Are You Using the Right Words in Your Writing?
If you’re anything like me, you don’t really think about every word you use when writing the first draft of anything. You have a story in your head, something to say. So you let it flow onto the page without much filtering.
If you obsess over every single word before writing it down, you will never get anything finished. Thus, analyzing your word choice should be part of your editing process rather than your writing process.
Taking a look at your word choice is crucial if you want to make your work the very best it can be.
Every word has its primary meaning(s), but also its connotations. Many words serve multiple purposes, have multiple meanings, and might function differently depending on their linguistic environment.
In the end, it all comes down to choosing the right word in the right context. But how, you ask, can you do that?
In case of doubt, use the following two steps to find out whether you are using the right words:
1. Say What You Actually Want to Say
Oftentimes, faulty word choice will change the meaning of the entire sentence. If your sentence says something else than what you intended, take it as a sign that you might not be using the right words.
Here’s an example:
The terms Augmented Reality and Virtual Reality are often used together, even though the two technologies have a few differing features.
If we were to read only the first half of this sentence, we would think that the two terms often occur together, meaning that people often talk about both of them at the same time, like you might talk about feminism and equality within the same conversation.
However, the second half suggests that there are differences between the two technologies, which is why we should not talk about them “together.” The conjunction even though is what uncovers the author’s intended meaning:
What she meant to say was that the terms are mistaken for synonyms, even though there are differences between them. I’m sure you can guess the word she should have used instead of together:
The terms Augmented Reality and Virtual Reality are often used synonymously, even though the two technologies have a few differing features.
2. Use the Most Common Collocation
Choosing the wrong word won’t always compromise the meaning of a sentence, but it might still throw your reader off. A thrown-off reader is an unhappy reader who is prone to quitting.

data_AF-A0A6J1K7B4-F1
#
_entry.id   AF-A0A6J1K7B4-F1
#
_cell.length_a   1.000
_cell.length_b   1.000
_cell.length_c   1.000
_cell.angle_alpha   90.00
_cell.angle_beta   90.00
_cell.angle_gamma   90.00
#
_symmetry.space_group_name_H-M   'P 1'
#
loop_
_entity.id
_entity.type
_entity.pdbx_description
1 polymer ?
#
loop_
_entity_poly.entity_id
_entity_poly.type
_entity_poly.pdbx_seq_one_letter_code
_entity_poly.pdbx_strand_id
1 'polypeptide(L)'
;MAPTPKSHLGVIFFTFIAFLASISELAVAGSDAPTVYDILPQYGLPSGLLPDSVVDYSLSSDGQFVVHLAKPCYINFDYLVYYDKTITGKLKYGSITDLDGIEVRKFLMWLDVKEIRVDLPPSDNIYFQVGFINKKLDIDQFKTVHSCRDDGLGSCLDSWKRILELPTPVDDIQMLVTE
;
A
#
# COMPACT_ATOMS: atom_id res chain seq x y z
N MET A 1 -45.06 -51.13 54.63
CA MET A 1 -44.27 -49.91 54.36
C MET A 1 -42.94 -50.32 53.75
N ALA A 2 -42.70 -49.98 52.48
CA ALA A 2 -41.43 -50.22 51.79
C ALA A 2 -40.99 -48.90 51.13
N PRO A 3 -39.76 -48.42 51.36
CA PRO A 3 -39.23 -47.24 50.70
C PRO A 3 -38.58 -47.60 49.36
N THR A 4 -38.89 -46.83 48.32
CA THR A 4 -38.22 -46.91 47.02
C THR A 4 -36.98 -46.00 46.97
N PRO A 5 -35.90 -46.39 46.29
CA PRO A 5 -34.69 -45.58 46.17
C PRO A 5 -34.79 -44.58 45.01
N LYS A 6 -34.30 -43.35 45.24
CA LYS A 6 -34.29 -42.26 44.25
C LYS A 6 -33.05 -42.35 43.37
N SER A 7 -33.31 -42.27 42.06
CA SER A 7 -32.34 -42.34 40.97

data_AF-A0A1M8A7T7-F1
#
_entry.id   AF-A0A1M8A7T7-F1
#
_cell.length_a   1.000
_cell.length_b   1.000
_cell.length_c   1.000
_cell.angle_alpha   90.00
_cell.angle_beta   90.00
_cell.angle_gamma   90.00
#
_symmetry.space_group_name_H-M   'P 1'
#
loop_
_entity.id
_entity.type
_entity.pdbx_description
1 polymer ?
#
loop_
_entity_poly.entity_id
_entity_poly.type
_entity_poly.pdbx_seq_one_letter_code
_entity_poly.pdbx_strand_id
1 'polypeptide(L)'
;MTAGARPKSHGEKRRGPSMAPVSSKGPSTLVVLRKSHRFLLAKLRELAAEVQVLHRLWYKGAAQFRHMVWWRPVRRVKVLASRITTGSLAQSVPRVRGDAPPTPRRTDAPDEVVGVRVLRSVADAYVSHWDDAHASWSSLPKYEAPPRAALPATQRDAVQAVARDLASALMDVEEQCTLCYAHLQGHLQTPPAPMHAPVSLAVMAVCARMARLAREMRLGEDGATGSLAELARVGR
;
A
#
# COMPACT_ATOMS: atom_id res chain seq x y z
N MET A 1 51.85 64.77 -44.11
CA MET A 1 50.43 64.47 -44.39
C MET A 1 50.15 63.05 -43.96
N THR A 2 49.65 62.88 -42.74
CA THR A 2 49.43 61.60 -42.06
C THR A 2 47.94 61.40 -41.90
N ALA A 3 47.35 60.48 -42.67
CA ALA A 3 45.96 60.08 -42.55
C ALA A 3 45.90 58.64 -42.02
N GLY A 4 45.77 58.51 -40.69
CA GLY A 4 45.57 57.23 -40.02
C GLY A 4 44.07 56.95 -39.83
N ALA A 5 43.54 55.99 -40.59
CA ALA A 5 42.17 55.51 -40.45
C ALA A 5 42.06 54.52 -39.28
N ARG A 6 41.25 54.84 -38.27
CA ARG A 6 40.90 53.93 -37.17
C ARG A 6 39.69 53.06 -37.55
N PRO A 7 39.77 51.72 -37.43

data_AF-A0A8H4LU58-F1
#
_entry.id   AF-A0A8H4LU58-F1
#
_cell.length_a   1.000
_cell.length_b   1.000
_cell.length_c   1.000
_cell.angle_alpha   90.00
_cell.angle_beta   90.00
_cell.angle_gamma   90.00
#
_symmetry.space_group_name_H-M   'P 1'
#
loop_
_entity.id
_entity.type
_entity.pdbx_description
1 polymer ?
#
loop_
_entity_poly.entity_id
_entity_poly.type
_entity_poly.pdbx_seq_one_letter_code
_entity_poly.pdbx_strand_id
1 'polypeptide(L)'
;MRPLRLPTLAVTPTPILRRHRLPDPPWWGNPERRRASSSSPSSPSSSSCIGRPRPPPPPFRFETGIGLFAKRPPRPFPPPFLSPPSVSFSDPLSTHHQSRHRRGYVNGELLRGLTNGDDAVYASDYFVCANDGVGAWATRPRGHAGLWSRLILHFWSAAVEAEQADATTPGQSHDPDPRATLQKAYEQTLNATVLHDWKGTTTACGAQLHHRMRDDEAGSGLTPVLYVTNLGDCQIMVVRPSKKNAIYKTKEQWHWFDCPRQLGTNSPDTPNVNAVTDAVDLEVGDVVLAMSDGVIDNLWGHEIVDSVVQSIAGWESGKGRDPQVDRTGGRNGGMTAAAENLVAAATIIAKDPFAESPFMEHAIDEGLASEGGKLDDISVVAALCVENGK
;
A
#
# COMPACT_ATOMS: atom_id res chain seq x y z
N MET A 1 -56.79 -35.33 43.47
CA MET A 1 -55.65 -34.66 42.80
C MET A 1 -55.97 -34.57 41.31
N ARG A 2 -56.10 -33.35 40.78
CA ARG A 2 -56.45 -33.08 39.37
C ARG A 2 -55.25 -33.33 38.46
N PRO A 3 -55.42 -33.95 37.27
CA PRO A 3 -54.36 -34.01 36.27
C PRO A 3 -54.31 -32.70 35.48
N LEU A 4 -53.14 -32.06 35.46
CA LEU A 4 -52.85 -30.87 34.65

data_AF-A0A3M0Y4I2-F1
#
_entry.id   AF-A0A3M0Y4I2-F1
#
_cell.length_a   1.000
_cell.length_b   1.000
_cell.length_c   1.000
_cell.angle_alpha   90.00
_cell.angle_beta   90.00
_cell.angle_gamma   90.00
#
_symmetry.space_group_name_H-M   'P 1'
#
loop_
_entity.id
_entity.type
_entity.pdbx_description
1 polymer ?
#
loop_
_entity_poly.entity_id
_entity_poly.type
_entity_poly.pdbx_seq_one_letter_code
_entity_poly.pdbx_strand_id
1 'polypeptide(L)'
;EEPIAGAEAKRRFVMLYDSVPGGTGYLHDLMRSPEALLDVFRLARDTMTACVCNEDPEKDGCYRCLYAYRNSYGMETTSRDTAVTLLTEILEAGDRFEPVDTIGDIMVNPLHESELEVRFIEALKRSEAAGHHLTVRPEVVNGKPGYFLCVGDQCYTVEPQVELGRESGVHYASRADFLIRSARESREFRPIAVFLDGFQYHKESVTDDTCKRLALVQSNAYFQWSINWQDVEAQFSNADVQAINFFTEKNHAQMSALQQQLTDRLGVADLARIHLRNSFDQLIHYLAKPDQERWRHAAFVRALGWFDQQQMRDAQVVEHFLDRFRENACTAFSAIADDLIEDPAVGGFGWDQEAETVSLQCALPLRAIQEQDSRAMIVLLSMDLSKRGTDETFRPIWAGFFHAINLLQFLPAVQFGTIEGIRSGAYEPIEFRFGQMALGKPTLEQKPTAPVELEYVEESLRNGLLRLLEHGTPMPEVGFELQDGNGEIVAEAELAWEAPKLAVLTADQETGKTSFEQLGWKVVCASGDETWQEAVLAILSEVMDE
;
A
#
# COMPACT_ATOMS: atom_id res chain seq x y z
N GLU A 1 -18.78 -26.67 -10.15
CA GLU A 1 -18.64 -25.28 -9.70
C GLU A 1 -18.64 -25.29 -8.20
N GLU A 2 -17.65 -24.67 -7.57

And we don’t want our readers to stop reading, do we?
In general, always use the most common collocation. For example, we make mistakes rather than commit them, we collect data rather than gather it, we implement measures rather than carry them out, and so on.
There are, of course, rare opportunities when you want to create the effect of an uncommon word choice intentionally, but this should always be well-thought-out and I suggest you only use it sparingly.
In most cases, it’s better to just stick with the common phrase. A great resource to find out which is the correct collocation are language corpora such as the British National Corpus (BNC).
They have a specific function for searching collocates right here. Just enter any word and it will give you a list of common collocates sorted by how frequently they occur. You could even use a simple Google search to find out which phrase is the most common by comparing the number of search results for each option.
We are very lucky to have these tools today, so I suggest you use them.
Once you’re sure that your sentence conveys the intended meaning and is using the most common collocations, you are good to go. Your word-choice-check is officially complete.
Do this for everything you write. Your readers will thank you for it.
Subscribe to the Editor’s Letter for more writing tips and get access to my exclusive collection of common stylistic mistakes.